The University of Manchester, alongside 60 other higher education institutions in the UK, is currently undergoing eight days of industrial action by staff over pensions, pay and conditions.
Universities have been advised to “minimise” the impact of industrial action by using teaching staff not participating in the strike to cover for absent colleagues and rescheduling lectures.
Last week, the University of Manchester and the Students’ Union gave a joint statement outlining that they “stand together in our determination to ensure that the impact on current students is minimised”.
In an open letter to universities on Tuesday, Julia Buckingham, president of Universities UK, said: “Universities will do all they can to minimise the impact of any strike action on students, their other staff and the wider community and they know that their colleagues contemplating strike action will want this too.”
She also warned that the demands of the University and College Union (UCU) would require the diversion of “unsustainable amounts of money” with “potential consequences for jobs, student support, course closures and larger class sizes.”
The UCU’s demands are that employers pick up the costs of recent increases in pension contributions, which are adding hundreds of pounds a month to pension bills for thousands of academics.
Academics involved in the strikes are refusing to pay for the 1.6% increase in the Universities Superannuation Scheme, the UK’s largest private-sector pension plan. The union estimates that changes to the pension could leave lecturers about £240,000 worse off in retirement.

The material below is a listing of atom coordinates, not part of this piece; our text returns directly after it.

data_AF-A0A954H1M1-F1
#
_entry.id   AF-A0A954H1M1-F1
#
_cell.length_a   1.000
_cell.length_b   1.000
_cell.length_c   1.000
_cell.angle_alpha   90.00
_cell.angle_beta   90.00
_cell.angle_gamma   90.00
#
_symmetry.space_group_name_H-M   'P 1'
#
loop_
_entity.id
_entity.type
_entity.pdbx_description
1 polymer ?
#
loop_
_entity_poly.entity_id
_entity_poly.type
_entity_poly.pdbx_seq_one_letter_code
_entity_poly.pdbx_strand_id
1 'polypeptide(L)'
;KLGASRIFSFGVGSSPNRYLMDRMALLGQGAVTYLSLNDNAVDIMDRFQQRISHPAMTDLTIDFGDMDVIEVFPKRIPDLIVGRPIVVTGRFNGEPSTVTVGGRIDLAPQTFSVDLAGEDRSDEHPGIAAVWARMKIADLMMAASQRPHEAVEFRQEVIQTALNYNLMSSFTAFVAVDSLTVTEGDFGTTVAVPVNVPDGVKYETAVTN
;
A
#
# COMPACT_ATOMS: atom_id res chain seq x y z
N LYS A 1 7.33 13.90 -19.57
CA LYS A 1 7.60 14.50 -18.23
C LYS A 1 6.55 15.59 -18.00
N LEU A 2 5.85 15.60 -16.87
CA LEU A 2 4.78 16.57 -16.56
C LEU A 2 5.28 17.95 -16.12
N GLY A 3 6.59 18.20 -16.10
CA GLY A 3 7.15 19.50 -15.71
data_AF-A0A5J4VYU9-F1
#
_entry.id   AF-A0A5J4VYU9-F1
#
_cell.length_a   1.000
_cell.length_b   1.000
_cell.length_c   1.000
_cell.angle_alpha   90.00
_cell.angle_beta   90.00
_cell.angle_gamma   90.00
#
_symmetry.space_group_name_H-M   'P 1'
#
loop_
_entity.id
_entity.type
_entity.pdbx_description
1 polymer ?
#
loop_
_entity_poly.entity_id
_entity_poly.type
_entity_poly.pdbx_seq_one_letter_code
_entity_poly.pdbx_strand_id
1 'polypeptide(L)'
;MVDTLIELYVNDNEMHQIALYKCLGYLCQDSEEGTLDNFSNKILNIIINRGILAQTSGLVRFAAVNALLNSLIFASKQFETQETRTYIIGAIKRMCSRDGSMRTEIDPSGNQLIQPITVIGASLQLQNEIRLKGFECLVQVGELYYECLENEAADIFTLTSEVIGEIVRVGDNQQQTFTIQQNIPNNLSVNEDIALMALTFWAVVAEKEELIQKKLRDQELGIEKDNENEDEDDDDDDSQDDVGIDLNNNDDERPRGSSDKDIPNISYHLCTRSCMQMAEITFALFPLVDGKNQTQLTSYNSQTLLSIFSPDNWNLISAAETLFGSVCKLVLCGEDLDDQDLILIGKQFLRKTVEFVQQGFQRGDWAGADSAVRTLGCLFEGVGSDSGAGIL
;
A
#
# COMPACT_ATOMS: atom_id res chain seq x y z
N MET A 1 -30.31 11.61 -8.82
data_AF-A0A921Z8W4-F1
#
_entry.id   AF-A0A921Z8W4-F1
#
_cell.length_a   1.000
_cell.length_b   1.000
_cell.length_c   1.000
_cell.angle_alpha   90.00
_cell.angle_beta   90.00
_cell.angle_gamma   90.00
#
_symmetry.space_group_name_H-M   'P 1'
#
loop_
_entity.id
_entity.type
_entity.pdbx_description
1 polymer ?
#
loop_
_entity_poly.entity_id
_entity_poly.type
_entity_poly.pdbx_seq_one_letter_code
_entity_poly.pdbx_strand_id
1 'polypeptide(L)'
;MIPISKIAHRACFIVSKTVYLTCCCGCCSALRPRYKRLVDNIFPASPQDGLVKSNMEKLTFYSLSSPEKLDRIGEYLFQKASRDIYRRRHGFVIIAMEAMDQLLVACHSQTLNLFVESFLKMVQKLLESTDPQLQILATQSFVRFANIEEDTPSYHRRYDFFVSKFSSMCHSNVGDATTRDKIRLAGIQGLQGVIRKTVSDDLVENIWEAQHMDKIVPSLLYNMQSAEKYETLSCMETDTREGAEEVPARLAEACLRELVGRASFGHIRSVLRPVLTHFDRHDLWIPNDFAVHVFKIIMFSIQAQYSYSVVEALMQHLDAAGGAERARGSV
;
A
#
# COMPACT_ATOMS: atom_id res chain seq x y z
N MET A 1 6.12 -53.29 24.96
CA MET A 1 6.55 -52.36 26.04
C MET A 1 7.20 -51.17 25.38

Professor Wendy Olsen, Head of the Department of Social Statistics and an Executive of the UCU told The Mancunion that staff are not only striking in protest of pension changes, but also pay inequality, job insecurity and rising workloads:
“The reason is more than 42% of staff – which is 5,100 people – are on fixed-term contracts and that means they’re temporary. So if they are temporary, how can they work in teams? How can they collaborate effectively? How can they do excellent research? It damages our pride to know that universities think it’s normal to have so many temporary staff.”
Professor Olsen also highlighted concerns surrounding pay gaps as not only are staff on temporary contracts paid less, but there is also an issue of a gender and ethnic pay gap: “We do have a gender pay gap of at least 15% and it’s rising. We have a big BAME pay gap in this University on the staff so why not make an agreement?”
“I believe the managers and national bargainers should stay up all night and work weekends until they reach an agreement with the union nationally, because it’s a national pay scale so it’s a national strike.”
The UCU has urged staff not to cover for absent colleagues or reschedule classes cancelled because of strike action. A spokesperson said: “Universities should be putting their efforts into trying to resolve the disputes, not scouting for scab labour or threatening staff with over the top pay deductions.”
Some UK universities have taken more extreme measures to stop the strike affecting from university life by threatening to dock pay and pension contributions during the walkout. The University of East Anglia has warned that staff will be docked full pay and will receive no employee pension contributions for the days they are on strike.
The impact of the strike on students could spark compensation claims. The Office for Students (OFS) advises students who have had lectures, assessments and services disrupted to contact the University or Student’s Union to see if it is possible to make up for lost teaching. If industrial action is found to be a legitimate disruption, then students are entitled to apply for mitigating circumstances.
The UCU has not ruled out further action next term.